More firms in the local fashion business are turning to technology in a bid to fend off the challenges of shorter product cycles and rising competition.
The prize is to snare a slice of a lucrative and growing market.
The 3,000 or so apparel and footwear specialist retail outlets here racked up sales of $3.33 billion last year, according to research firm Euromonitor International.
Mr Mark Lee, president of the Textile and Fashion Federation Singapore, told The Straits Times: "As buyers get more demanding, technology is increasingly critical for the fashion industry - not just for designers, but also across the spectrum, including manufacturers, retailers and distributors.
"The shift towards e-commerce has forced many brand owners to adapt and change the way they run their business."
Many fashion firms seek to improve productivity and revolutionise their products through technology. Take Matex, a chemical company that specialises in making eco-friendly dyes for the textile industry. In order to give itself a competitive edge, the firm teamed up with Octagon Studios to create a clothing collection known as Curiosity Wear 4D+.
The collection, which was launched last November, incorporates augmented reality into the T-shirt designs. This means a four-dimensional version of the print on a shirt can be viewed using a free mobile app called Wear 4D+.
"In such a competitive market, everyone is always asking for the next new thing," said Matex executive director Dro Tan.
"We are one of the first in the world to implement augmented reality on clothes. Beyond style and comfort, this is what gives us the innovative edge."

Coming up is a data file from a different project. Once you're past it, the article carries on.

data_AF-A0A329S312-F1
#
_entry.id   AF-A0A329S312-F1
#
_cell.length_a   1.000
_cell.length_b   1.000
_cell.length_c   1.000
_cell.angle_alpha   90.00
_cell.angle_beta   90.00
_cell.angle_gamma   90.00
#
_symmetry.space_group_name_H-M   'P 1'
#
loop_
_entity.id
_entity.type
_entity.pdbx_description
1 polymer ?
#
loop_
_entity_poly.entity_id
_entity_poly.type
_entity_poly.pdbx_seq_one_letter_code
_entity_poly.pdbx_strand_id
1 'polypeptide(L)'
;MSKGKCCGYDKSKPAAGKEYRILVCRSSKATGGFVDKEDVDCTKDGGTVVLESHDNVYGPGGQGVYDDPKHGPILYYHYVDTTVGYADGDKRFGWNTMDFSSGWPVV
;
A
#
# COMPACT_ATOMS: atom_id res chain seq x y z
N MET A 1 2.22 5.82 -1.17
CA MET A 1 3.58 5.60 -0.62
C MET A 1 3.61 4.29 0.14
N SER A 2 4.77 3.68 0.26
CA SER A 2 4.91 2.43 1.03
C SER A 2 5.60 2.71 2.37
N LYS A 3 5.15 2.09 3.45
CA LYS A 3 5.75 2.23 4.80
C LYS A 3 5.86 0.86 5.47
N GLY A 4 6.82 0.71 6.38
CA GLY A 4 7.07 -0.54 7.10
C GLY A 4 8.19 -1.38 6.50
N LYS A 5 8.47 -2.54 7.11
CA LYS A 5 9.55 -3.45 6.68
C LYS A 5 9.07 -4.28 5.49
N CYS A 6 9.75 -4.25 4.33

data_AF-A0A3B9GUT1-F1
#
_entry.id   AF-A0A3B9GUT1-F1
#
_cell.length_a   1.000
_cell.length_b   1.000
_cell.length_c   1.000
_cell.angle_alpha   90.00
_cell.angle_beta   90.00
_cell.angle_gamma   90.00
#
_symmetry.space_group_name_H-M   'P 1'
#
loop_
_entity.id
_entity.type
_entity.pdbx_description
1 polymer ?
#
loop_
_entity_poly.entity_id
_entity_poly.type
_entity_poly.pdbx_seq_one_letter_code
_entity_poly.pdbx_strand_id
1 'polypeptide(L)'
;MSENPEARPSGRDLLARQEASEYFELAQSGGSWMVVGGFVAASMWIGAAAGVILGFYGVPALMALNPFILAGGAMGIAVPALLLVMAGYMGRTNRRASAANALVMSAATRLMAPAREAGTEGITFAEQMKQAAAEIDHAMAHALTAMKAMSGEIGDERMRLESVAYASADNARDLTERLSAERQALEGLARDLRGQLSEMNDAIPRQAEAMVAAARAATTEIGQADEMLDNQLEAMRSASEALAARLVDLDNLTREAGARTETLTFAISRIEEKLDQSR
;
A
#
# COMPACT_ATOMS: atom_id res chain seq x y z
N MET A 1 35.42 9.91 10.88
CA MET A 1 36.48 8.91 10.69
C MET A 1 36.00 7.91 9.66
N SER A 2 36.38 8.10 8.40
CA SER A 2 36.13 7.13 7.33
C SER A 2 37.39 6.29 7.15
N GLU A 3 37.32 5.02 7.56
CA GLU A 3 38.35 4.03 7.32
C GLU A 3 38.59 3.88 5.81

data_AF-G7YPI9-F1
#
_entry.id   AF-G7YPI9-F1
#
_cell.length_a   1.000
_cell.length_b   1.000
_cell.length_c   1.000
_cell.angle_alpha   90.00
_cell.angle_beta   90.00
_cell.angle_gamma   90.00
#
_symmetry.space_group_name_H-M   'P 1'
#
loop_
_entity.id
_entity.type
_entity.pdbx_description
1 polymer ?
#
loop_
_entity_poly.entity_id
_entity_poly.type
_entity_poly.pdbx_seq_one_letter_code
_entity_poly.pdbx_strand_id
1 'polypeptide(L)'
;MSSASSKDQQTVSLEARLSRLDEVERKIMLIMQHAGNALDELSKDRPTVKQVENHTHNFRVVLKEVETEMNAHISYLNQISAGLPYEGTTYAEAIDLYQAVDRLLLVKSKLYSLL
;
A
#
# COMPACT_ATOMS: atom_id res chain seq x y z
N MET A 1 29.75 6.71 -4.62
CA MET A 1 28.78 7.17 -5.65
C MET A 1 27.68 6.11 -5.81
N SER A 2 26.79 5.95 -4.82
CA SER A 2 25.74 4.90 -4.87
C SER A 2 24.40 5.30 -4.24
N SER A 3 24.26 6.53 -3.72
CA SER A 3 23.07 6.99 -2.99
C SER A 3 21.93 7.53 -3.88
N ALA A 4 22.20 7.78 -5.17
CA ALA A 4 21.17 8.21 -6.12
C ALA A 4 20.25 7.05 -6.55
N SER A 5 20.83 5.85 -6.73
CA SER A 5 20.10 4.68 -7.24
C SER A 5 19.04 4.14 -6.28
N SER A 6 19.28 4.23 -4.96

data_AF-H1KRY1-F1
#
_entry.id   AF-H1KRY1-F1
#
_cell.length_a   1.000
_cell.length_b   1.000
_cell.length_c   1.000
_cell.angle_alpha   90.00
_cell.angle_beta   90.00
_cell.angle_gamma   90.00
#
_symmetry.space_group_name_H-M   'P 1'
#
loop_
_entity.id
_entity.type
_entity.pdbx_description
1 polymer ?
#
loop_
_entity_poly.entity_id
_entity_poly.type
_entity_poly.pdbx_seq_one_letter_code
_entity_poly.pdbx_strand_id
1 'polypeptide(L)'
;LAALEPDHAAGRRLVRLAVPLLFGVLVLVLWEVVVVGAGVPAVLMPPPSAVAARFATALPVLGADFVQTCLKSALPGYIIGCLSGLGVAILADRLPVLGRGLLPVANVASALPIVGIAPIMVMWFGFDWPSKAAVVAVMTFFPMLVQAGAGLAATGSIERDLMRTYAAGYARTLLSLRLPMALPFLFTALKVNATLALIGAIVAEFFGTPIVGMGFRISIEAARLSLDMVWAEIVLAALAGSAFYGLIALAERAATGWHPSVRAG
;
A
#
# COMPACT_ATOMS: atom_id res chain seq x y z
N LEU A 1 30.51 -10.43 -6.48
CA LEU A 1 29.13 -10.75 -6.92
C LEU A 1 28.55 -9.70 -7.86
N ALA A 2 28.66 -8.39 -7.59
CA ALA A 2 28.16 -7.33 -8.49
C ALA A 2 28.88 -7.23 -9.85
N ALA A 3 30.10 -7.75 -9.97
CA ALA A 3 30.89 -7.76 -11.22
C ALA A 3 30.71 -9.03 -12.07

The brand has three retail outlets in Malaysia selling the 4D T-shirts.
The shirts are also available on the brand's website as well as hobby and specialist sites.
Pleatation, which was founded in 2014, is another local company looking for a competitive edge. It specialises in making pleated items that are often heavily printed. It began a collaboration with print company Epson Singapore in March. Epson helped to digitally print items such as bags using its innovative dye sublimation and direct-to-garment printing technologies.
Unlike traditional screen printing, which is done by hand and can take two to three months, digital printing can be finished in an hour or so. This shortens turnaround time and enables printing in small volumes for customised prints.
Retailers can now have designs on the rack faster and customers can enjoy higher quality and more vibrant designs. Pleatation will incorporate machines next month that will slash the hour-long pleating process by around half.
Pleatation founder Chiang Xiaojun said: "With rising consumer demand, technology needs to be infused as a complementary method of production. However, while we increase our productivity, companies need to ensure that the quality of the product remains."